About Korean Dramas
Since the 1960s, the flourishing Korean entertainment industry has been highly sought after by many. Hallyu (The Korean Wave) has acquired the soaring global recognition in various media platforms. From the myriad of K-beauty products to the fascinating line of Korean fashion styles, you probably would agree that South Korean culture has taken the world by storm in some way or another. When we talk about South Korean Culture, we absolutely cannot forget about the growing presence of Korean Dramas.
How different are some Korean Dramas?
Similar to K-Dramas, many other types of fictional media are also often thought to be romanticised, or even just simplified representations of our society. When the idea of K-Dramas flashes across our mind, a considerable amount of us would only think of the ones consisting of stereotypical damsel in distress narratives. Yet, in a world where mainstream media is continuously perpetuating gender stereotypes, some of these K-drama series are actually doing the reverse and are subverting gender roles. Deeply ingrained notions of the rigid manner for how males and females should behave in a society is constantly entrenched in the entertainment we are introduced to, leaving ingenuous and impressionable audiences like children and even ourselves to absorb such preconceived notions unsuspectingly. A lifetime viewing such fixed content would ultimately alter the way we view the world and the people in it. On the other side of the spectrum, there are certain narratives showcased in the Korean television series that depicts a more diverse representation of our society. Nonetheless, there are other films like some in the Korean television series that illustrate a more varied representation of the society.
Strong Woman Do Bong-Soon
For instance, the South-Korean television series Strong Woman Do Bong-Soon , stars Do Bong Soon played by Park Bo Young born with superhuman Herculean strength. She is not like the stereotypical female casts in your typical dramas. She can crush things with her bare hands and can physically overpower men. This refreshing twist to conventional dramas certainly shows us an attitude to dismantle notions of femininity, empowering females. Girls can be strong. Girls can have power.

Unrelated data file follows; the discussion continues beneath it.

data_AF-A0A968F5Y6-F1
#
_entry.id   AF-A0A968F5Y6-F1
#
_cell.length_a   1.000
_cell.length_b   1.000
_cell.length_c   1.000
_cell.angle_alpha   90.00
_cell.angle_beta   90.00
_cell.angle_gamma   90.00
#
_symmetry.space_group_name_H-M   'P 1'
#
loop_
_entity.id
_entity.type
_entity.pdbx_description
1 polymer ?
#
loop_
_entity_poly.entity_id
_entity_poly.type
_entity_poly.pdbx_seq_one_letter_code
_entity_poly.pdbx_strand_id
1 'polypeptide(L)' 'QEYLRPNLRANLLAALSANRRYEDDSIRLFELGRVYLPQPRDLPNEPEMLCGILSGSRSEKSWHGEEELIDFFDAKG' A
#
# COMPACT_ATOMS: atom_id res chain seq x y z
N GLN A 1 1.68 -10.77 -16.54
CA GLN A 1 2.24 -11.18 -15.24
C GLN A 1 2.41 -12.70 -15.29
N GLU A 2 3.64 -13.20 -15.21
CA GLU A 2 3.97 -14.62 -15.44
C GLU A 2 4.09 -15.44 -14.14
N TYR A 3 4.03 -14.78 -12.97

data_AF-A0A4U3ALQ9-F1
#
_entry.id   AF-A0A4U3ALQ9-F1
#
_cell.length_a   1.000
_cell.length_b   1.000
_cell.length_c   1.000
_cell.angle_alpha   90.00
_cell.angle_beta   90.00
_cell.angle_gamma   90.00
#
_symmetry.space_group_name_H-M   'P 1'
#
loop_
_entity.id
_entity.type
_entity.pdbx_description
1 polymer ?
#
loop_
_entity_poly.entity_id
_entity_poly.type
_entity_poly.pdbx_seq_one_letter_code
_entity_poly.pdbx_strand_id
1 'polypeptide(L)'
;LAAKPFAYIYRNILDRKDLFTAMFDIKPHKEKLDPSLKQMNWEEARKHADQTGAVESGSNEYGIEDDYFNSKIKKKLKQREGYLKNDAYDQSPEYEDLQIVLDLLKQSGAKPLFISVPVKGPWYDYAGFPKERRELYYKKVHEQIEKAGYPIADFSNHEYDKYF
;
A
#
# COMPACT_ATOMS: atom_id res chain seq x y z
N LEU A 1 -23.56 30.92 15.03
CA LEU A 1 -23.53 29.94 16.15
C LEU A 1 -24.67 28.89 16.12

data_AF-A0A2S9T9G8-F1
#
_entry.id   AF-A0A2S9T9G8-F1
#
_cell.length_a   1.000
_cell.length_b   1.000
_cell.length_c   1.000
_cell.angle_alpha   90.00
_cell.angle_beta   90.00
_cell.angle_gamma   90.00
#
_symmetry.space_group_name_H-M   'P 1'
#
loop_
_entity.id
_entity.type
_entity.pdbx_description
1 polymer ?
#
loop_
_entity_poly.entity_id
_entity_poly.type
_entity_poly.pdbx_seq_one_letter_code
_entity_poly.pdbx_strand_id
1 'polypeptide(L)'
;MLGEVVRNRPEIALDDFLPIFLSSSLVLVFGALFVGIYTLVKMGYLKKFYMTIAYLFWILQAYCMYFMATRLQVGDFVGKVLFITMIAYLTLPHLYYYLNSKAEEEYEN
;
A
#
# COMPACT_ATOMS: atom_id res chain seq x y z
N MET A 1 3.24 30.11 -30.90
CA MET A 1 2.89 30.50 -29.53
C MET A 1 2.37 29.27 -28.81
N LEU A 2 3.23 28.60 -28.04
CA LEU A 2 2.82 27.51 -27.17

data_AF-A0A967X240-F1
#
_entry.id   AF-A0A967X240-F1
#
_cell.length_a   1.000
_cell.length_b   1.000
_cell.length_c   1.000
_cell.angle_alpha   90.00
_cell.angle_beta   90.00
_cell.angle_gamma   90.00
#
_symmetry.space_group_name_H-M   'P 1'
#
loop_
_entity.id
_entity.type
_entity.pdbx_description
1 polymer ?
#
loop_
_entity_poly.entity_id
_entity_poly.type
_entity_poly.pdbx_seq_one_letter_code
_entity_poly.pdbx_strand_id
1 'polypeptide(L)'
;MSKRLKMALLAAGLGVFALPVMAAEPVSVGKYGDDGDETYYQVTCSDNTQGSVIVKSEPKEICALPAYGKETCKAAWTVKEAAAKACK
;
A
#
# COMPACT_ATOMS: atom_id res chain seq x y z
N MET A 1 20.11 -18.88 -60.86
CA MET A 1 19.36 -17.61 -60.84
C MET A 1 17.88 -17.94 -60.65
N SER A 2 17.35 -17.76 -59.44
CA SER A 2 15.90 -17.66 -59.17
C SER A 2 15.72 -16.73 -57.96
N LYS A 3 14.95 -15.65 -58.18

Weightlifting Fairy Kim Bok Joo
Another K-drama that perfectly presents a multi-faceted female lead is Weightlifting Fairy Kim Bok Joo. This show features a female weightlifter, Kim Bok Joo played by Lee Sung Kyung. The profession undoubtedly draws a connection with traditional notions of masculinity and is mainly associated with males. Thus, in this show, the gifted weightlifter struggles with the love of the sport between the ideas of usual femininity. This is especially linked to the fact that in South Korean culture where females with a slim body type are more favoured. Hence, she painfully wrestles with the submission to usual beauty standards between her aspirations. At the end of the drama, she comes to realise that she can still love herself for who she is and still be loved for it. The heartening journey to dismantling the concepts of femininity and proving that one should not be restricted solely by society’s standard is evidently encapsulated in this show.
My ID is Gangnam Beauty
In a world where true stereotypical standards of beauty for females and males prevail, plastic surgery as one of the ways to improve one’s appearances is still a taboo in many countries.
In this show, it highlights how terribly stale the notion of beauty is in our society. Due to her previous unpleasant experiences she faced in her encounters because of the judgement she received for her unattractive appearance, the female lead Kang Mi Rae played by Im Soo Hyang chooses to go through plastic surgery to ‘ improve ’ her looks. However, she ends up facing more flak for her new looks as she had gone through plastic surgery. In the end, she learns to accept herself for who she is regardless of her appearance with the support around her. Her ordeal has certainly spotlight the unrealistic standards of beauty for each gender in our society. Yet, through this, we are also taught to love ourselves and to not allow expected beauty standards to bog us.
It’s refreshing to see these unconventional narratives in K-drama storylines, reconstructing female and male gender stereotypes and even expected beauty standards in our society. These exemplifying examples are only one of the many few refreshing ones that are paving the way to a more diverse representation in the entertainment industry. Hopefully, we will also be greeted by more wonderful ones in the future.
Graphic Designer, Calligrapher, Writer
As a 14 year old passionate youth in Singapore who has a growing, fervent interest in the arts and sociology, Jia Xuan is also deeply fond of seeking challenges and learning. She aspires to give back to the society and spread more love in the community.